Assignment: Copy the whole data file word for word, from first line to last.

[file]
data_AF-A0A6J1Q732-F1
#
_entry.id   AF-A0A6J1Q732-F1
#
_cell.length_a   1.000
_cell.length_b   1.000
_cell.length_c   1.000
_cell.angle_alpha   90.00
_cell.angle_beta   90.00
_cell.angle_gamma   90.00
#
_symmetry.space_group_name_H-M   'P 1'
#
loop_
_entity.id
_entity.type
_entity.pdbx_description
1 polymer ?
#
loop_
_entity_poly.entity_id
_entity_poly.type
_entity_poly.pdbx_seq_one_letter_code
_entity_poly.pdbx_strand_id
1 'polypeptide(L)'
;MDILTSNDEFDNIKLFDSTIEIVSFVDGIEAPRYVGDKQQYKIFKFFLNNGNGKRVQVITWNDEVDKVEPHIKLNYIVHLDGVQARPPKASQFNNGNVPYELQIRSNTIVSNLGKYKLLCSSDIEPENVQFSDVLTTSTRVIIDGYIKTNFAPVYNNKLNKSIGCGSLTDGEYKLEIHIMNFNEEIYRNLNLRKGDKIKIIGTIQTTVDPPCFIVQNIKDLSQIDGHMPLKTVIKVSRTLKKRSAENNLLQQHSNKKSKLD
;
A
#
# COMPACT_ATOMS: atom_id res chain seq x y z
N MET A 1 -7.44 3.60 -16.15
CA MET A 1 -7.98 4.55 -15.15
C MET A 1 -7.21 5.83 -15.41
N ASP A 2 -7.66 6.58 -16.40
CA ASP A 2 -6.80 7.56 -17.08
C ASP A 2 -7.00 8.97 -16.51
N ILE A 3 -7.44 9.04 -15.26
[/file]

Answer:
data_AF-A0A6J1Q732-F1
#
_entry.id   AF-A0A6J1Q732-F1
#
_cell.length_a   1.000
_cell.length_b   1.000
_cell.length_c   1.000
_cell.angle_alpha   90.00
_cell.angle_beta   90.00
_cell.angle_gamma   90.00
#
_symmetry.space_group_name_H-M   'P 1'
#
loop_
_entity.id
_entity.type
_entity.pdbx_description
1 polymer ?
#
loop_
_entity_poly.entity_id
_entity_poly.type
_entity_poly.pdbx_seq_one_letter_code
_entity_poly.pdbx_strand_id
1 'polypeptide(L)'
;MDILTSNDEFDNIKLFDSTIEIVSFVDGIEAPRYVGDKQQYKIFKFFLNNGNGKRVQVITWNDEVDKVEPHIKLNYIVHLDGVQARPPKASQFNNGNVPYELQIRSNTIVSNLGKYKLLCSSDIEPENVQFSDVLTTSTRVIIDGYIKTNFAPVYNNKLNKSIGCGSLTDGEYKLEIHIMNFNEEIYRNLNLRKGDKIKIIGTIQTTVDPPCFIVQNIKDLSQIDGHMPLKTVIKVSRTLKKRSAENNLLQQHSNKKSKLD
;
A
#
# COMPACT_ATOMS: atom_id res chain seq x y z
N MET A 1 -7.44 3.60 -16.15
CA MET A 1 -7.98 4.55 -15.15
C MET A 1 -7.21 5.83 -15.41
N ASP A 2 -7.66 6.58 -16.40
CA ASP A 2 -6.80 7.56 -17.08
C ASP A 2 -7.00 8.97 -16.51
N ILE A 3 -7.44 9.04 -15.26